A doctor who treated victims of last weekend’s London Bridge terror attack, has said that medical teams remain vigilant and ready to respond.
Emergency medicine consultant Malik Ramadhan said that staff were ready and prepared to deal with future attacks.
Speaking to the BBC, Dr Ramadhan, who is director of emergency care and trauma at the Royal London Hospital, said that recent previous terror incidents in London and Manchester had meant staff were already in a heightened state of readiness.
He added that the city-wide medical response to the London Bridge attack had seen on-call teams joined by off-duty staff, who had volunteered to come in to assist their colleagues.
He said: ‘The major trauma system in London has been preparing itself for something to happen.
‘Talking to people, given what's been happening [in London and Manchester], maybe what you'd normally do on a Saturday night is not what people are doing just at the moment. People are ready.
‘The first responders – the first people that took patients to theatres – were the people who were on call who were expecting to potentially operate that evening.
‘By the time the third or fourth patient goes to theatre it’s people; nurses doctors radiographers and operating staff who have come in on an entirely voluntary basis because they have heard there is a problem.’
'Above and beyond'
BMA council chair Mark Porter praised the resilience and dedication of the capital’s medical teams.
He said: ‘As with the attacks in Westminster and Manchester, doctors and their clinical colleagues have once again shown that they are willing to go above and beyond when confronted with incredibly trying and terrible circumstances.
The attack, which took place at multiple sites around the London Bridge area on 3 June, saw seven people killed and 48 injured.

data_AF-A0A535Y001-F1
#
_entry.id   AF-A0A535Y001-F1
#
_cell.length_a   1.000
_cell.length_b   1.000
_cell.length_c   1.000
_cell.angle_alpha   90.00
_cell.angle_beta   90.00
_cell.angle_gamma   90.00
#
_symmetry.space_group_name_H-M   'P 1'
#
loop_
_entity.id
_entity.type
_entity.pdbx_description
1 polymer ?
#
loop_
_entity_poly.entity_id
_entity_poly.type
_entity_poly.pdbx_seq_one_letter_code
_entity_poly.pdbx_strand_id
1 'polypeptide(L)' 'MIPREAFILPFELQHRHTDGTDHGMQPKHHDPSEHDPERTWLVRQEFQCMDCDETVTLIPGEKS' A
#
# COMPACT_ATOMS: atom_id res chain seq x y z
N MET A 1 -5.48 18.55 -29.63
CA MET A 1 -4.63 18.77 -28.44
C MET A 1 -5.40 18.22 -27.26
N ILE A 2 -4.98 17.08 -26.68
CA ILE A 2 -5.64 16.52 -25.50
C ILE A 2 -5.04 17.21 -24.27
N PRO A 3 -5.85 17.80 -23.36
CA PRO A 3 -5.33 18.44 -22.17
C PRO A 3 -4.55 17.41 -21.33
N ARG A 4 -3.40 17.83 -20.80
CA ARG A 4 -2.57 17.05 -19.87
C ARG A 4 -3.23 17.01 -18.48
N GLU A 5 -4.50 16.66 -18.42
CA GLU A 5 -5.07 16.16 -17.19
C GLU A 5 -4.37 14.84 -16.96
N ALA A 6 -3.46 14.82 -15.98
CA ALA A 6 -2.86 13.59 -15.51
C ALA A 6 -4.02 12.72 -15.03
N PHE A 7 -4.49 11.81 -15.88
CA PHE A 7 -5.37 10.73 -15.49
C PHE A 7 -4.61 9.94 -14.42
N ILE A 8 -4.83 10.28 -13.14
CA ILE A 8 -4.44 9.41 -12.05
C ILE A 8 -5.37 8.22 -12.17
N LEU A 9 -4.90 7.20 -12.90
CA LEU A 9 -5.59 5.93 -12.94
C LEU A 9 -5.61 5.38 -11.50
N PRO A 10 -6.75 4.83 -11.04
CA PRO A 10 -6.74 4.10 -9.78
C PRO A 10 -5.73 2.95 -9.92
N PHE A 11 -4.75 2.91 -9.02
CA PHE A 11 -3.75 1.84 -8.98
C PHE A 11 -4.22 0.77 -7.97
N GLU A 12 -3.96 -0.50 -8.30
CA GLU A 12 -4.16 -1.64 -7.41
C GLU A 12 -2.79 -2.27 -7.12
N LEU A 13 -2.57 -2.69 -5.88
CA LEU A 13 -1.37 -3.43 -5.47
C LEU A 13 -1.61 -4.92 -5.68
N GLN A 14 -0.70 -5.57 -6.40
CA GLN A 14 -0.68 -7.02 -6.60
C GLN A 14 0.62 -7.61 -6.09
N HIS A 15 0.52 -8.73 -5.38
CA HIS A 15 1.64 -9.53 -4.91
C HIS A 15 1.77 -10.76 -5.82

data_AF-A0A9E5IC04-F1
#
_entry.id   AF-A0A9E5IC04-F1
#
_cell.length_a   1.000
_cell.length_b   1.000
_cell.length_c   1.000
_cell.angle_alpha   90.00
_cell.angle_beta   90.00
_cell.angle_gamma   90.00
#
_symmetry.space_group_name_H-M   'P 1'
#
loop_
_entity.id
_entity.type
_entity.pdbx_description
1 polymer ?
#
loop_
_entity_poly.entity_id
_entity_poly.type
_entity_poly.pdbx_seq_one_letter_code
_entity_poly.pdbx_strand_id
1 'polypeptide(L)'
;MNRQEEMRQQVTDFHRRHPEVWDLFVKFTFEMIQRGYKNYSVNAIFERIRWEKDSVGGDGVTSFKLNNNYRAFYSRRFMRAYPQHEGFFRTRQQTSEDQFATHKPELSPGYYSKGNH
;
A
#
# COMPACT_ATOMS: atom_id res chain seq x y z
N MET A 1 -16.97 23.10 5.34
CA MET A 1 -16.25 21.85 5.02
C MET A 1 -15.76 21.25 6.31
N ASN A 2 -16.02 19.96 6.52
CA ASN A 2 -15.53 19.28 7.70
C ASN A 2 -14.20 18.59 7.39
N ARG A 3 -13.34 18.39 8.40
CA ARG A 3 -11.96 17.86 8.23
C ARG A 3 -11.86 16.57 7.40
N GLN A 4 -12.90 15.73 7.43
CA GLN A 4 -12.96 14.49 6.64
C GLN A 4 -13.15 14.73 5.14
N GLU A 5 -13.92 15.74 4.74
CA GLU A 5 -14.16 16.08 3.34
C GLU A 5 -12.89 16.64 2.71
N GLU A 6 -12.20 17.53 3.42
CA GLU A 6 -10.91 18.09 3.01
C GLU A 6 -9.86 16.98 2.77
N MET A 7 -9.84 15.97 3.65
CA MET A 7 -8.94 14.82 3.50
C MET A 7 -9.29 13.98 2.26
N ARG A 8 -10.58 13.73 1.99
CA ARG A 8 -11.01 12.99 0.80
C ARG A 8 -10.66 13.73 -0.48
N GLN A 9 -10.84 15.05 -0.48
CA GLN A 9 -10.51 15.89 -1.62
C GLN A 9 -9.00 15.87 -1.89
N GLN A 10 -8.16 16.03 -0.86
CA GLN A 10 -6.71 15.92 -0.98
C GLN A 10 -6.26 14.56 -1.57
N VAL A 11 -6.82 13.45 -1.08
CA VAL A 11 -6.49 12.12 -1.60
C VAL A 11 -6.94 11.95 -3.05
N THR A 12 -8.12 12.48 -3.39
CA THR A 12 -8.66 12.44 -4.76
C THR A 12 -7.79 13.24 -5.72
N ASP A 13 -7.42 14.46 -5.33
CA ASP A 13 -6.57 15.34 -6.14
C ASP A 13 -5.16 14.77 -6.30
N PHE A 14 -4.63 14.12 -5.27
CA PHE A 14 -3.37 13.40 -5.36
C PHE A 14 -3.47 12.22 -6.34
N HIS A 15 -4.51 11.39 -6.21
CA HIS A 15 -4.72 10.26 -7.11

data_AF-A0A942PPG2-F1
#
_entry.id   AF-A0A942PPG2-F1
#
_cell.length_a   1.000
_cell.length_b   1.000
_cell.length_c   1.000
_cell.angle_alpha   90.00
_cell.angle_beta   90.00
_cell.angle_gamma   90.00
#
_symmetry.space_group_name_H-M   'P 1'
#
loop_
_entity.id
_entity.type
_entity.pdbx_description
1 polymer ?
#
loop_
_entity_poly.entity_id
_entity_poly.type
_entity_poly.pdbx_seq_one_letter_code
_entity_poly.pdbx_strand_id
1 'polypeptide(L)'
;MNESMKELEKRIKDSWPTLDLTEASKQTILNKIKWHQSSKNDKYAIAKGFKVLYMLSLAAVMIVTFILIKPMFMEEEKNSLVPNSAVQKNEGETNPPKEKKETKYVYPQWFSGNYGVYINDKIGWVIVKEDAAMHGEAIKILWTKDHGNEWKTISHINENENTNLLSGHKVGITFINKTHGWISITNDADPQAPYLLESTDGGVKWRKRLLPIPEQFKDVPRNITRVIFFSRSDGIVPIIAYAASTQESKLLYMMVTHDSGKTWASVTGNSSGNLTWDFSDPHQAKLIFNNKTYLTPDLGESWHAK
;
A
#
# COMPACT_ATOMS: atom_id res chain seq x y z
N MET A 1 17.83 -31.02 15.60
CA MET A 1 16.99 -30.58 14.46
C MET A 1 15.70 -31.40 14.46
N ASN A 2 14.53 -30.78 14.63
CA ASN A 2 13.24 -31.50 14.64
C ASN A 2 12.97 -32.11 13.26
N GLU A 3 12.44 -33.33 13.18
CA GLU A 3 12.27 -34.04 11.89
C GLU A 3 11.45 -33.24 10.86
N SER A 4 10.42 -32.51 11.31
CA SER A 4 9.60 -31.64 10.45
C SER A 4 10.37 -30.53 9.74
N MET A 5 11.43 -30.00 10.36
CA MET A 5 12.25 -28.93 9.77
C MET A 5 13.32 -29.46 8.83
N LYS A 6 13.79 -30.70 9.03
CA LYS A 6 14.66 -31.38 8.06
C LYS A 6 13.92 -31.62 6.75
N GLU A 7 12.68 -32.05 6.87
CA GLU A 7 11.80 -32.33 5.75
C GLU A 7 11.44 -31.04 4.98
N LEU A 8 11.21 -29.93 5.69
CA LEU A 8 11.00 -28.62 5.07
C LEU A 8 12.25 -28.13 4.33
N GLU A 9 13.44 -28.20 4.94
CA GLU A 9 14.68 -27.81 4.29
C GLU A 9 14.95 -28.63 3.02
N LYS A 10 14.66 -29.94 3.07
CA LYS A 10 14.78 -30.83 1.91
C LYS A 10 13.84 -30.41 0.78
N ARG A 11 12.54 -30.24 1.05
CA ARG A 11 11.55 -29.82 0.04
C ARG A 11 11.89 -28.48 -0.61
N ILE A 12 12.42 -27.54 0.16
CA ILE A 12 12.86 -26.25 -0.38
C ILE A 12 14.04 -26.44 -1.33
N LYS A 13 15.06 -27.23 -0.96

Casualties were cared for in a total of five hospitals across the capital, with NHS England confirming that 21 patients remained in critical conditions as of 4 June.
A statement issued by NHS England national medical director Sir Bruce Keogh and chief nursing officer Jane Cummings paid tribute to the response of emergency teams both for their effectiveness and bravery.
They said: ‘The appalling events in London last night follow all too fast on the heels of the dreadful attacks we have seen on Westminster Bridge and in Manchester over recent weeks. Our thoughts are with everyone affected.
‘On each occasion we have seen both the worst and the best of humanity. Last night, once again, the NHS and other emergency services reacted swiftly and heroically, going towards the danger to help the injured.
‘Tried and tested emergency plans were activated, with London Ambulance Service on the scene within six minutes. NHS staff across the capital have also volunteered to work extra shifts and through the night to help the emergency response.’
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